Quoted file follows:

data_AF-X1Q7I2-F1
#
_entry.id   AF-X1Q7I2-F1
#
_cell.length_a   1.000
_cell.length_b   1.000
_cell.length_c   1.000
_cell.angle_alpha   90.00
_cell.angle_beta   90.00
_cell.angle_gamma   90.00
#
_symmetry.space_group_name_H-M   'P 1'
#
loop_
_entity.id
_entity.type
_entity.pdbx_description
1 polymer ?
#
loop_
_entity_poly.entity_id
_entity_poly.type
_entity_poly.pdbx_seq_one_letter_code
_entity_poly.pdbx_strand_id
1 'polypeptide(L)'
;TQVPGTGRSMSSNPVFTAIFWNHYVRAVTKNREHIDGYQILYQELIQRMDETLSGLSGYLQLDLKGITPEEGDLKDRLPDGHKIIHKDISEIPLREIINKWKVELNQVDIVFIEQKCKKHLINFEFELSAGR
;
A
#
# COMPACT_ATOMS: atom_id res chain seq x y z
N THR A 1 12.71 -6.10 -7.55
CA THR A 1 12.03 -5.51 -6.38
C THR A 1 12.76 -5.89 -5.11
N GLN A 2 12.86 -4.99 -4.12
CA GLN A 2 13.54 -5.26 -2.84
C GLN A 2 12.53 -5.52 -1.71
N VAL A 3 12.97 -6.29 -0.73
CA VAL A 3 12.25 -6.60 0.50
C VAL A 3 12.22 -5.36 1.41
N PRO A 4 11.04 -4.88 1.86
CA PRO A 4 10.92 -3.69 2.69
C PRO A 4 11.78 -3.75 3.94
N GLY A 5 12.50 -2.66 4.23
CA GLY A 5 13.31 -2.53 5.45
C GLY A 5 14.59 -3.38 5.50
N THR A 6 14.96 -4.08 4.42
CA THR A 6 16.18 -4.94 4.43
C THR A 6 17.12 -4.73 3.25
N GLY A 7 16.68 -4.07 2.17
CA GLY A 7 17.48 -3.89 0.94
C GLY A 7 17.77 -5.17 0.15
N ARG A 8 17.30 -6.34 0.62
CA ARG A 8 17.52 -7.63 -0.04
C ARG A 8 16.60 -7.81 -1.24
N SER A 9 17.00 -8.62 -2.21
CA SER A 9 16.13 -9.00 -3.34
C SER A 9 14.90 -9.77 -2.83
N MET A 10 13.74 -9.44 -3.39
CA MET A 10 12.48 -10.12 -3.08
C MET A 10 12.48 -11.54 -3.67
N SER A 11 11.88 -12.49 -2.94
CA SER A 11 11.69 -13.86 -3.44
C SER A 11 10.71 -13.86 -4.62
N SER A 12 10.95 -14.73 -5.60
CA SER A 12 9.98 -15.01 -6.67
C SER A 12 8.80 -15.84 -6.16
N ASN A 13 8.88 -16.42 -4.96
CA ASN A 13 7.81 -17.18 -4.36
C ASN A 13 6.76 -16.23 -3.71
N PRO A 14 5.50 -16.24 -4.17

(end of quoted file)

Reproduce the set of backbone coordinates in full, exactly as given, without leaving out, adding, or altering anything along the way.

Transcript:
data_AF-X1Q7I2-F1
#
_entry.id   AF-X1Q7I2-F1
#
_cell.length_a   1.000
_cell.length_b   1.000
_cell.length_c   1.000
_cell.angle_alpha   90.00
_cell.angle_beta   90.00
_cell.angle_gamma   90.00
#
_symmetry.space_group_name_H-M   'P 1'
#
loop_
_entity.id
_entity.type
_entity.pdbx_description
1 polymer ?
#
loop_
_entity_poly.entity_id
_entity_poly.type
_entity_poly.pdbx_seq_one_letter_code
_entity_poly.pdbx_strand_id
1 'polypeptide(L)'
;TQVPGTGRSMSSNPVFTAIFWNHYVRAVTKNREHIDGYQILYQELIQRMDETLSGLSGYLQLDLKGITPEEGDLKDRLPDGHKIIHKDISEIPLREIINKWKVELNQVDIVFIEQKCKKHLINFEFELSAGR
;
A
#
# COMPACT_ATOMS: atom_id res chain seq x y z
N THR A 1 12.71 -6.10 -7.55
CA THR A 1 12.03 -5.51 -6.38
C THR A 1 12.76 -5.89 -5.11
N GLN A 2 12.86 -4.99 -4.12
CA GLN A 2 13.54 -5.26 -2.84
C GLN A 2 12.53 -5.52 -1.71
N VAL A 3 12.97 -6.29 -0.73
CA VAL A 3 12.25 -6.60 0.50
C VAL A 3 12.22 -5.36 1.41
N PRO A 4 11.04 -4.88 1.86
CA PRO A 4 10.92 -3.69 2.69
C PRO A 4 11.78 -3.75 3.94
N GLY A 5 12.50 -2.66 4.23
CA GLY A 5 13.31 -2.53 5.45
C GLY A 5 14.59 -3.38 5.50
N THR A 6 14.96 -4.08 4.42
CA THR A 6 16.18 -4.94 4.43
C THR A 6 17.12 -4.73 3.25
N GLY A 7 16.68 -4.07 2.17
CA GLY A 7 17.48 -3.89 0.94
C GLY A 7 17.77 -5.17 0.15
N ARG A 8 17.30 -6.34 0.62
CA ARG A 8 17.52 -7.63 -0.04
C ARG A 8 16.60 -7.81 -1.24
N SER A 9 17.00 -8.62 -2.21
CA SER A 9 16.13 -9.00 -3.34
C SER A 9 14.90 -9.77 -2.83
N MET A 10 13.74 -9.44 -3.39
CA MET A 10 12.48 -10.12 -3.08
C MET A 10 12.48 -11.54 -3.67
N SER A 11 11.88 -12.49 -2.94
CA SER A 11 11.69 -13.86 -3.44
C SER A 11 10.71 -13.86 -4.62
N SER A 12 10.95 -14.73 -5.60
CA SER A 12 9.98 -15.01 -6.67
C SER A 12 8.80 -15.84 -6.16
N ASN A 13 8.88 -16.42 -4.96
CA ASN A 13 7.81 -17.18 -4.36
C ASN A 13 6.76 -16.23 -3.71
N PRO A 14 5.50 -16.24 -4.17